Supplements With Banned Ingredients Still on the Market, Research Finds



IDEANEWSINDO.COM - There has been a lot of debate over how effective nutritional supplements really are when it comes to weight loss or health perks, but consumers have a reasonable expectation that anything sold in drugstores is at least safe to take. 

New research published today, however, shows that that may not always be the case. 

Multiple supplements with banned ingredients remain on store shelves even after warnings issued by the U.S. 

Food and Drug Administration (FDA), and often, the dangerous ingredients are not even listed on the labels, making them very difficult to avoid.

While nutritional supplements look like any other pill, they are classified as food and not medicine by the FDA, which means they’re not subject to the same scrutiny as even over-the-counter drugs. 

When the FDA does find something amiss with a supplement, it can take several actions, including writing a warning letter to the product manufacturer. 

But a study published July 26 in the JAMA shows that a warning letter is often not enough to get a dangerous ingredient off shelves.

The study found that of 31 supplements found to have illegal stimulants by the FDA, almost none were recalled by manufacturers. 

More than a quarter are still available for sale online and in stores years later — with the dangerous ingredients still present. 

The study’s lead author, Pieter Cohen, MD, an associate professor at Harvard Medical School in Boston and an internist at Cambridge Health Alliance, says the supplements studied were mostly marketed for weight loss and sports performance, and contained the following banned substances:
  • β-methylphenylethylamine or BMPEA, which according to past research in Drug Testing and Analysis has never been tested for safety in humans, and which was shown in at least one study to raise blood pressure in rats.
  • Methylsynephrine, or oxilofrine, a stimulant that is banned in the United States and has been shown to increase heart rate and blood pressure. A study published in the Journal of Sports Science and Medicine in June 2021 reported that oxilofrine is sometimes not declared on supplement labels, leading to unintentional doping violations for professional athletes as well as health risks including cardiac arrest.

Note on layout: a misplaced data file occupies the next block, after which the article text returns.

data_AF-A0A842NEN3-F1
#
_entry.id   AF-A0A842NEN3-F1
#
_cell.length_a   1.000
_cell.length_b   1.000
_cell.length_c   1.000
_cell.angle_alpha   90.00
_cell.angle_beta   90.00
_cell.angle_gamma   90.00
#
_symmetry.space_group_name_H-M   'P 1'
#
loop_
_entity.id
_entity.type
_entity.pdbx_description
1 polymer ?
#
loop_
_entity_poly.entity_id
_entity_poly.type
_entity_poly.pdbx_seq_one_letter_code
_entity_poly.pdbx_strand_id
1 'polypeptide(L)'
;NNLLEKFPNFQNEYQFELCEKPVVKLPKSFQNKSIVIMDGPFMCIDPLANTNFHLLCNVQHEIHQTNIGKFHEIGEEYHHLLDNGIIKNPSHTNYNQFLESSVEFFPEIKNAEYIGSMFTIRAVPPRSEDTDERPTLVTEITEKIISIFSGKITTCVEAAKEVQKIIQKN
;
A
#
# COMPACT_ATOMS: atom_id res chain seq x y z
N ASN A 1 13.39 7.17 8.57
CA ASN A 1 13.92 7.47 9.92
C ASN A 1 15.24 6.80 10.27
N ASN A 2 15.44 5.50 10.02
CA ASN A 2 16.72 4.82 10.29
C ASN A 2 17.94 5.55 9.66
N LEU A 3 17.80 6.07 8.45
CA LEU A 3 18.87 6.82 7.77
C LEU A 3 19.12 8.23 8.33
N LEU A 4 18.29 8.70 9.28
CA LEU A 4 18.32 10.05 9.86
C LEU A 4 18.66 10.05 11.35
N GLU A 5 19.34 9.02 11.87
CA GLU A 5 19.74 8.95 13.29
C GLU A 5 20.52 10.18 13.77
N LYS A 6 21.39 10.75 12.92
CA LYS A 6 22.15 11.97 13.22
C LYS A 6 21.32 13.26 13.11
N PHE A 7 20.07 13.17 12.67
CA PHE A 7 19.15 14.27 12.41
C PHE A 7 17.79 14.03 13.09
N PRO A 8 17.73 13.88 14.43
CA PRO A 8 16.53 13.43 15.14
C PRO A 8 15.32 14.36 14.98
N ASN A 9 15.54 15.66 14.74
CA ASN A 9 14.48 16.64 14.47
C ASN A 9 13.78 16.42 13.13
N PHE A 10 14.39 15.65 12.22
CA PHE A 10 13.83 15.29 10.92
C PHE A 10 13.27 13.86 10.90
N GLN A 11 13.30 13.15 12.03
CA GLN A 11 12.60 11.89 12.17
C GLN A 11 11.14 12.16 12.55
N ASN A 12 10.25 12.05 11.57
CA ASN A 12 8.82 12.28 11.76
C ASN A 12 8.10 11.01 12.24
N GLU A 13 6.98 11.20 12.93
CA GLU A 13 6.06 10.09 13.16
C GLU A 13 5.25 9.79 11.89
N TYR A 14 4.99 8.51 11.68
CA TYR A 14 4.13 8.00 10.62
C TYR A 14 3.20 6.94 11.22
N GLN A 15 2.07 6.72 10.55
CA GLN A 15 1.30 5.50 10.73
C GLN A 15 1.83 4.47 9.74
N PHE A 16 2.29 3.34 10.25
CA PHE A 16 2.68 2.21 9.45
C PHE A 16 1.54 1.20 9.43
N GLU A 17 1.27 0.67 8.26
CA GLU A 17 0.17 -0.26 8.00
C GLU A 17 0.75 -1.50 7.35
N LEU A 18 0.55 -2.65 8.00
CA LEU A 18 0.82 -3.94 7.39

• DMHA, or octodrine, which research published in 2018 in Brain Sciences linked to hypertension, dangerous body overheating, and difficulty breathing. 
  • “These designer stimulants — BMPEA, methylsynephrine, and DMHA — are drugs that are used as ephedra replacements,” Dr. Cohen says, referring to a natural stimulant the FDA banned in 2004. Ephedra had been used in many weight loss and sports supplements before it was linked to cases of heart attacks and sudden death. The ban on ephedra as an ingredient eliminated deaths and drastically reduced poisoning from its use in the United States, a New England Journal of Medicine article found. 

“We have previously studied these drugs in depth and are concerned that they might, like ephedra, increase the risk of serious heart disease or increase the risk of sudden death in susceptible consumers,” Cohen says. 

Of the study’s 31 products, only one had been recalled by its manufacturer. 

Researchers found that you could still purchase nine of the products online an average of six years after the FDA sent its warning letters. 

Four of the nine available products listed the presence of at least one prohibited ingredient on the label: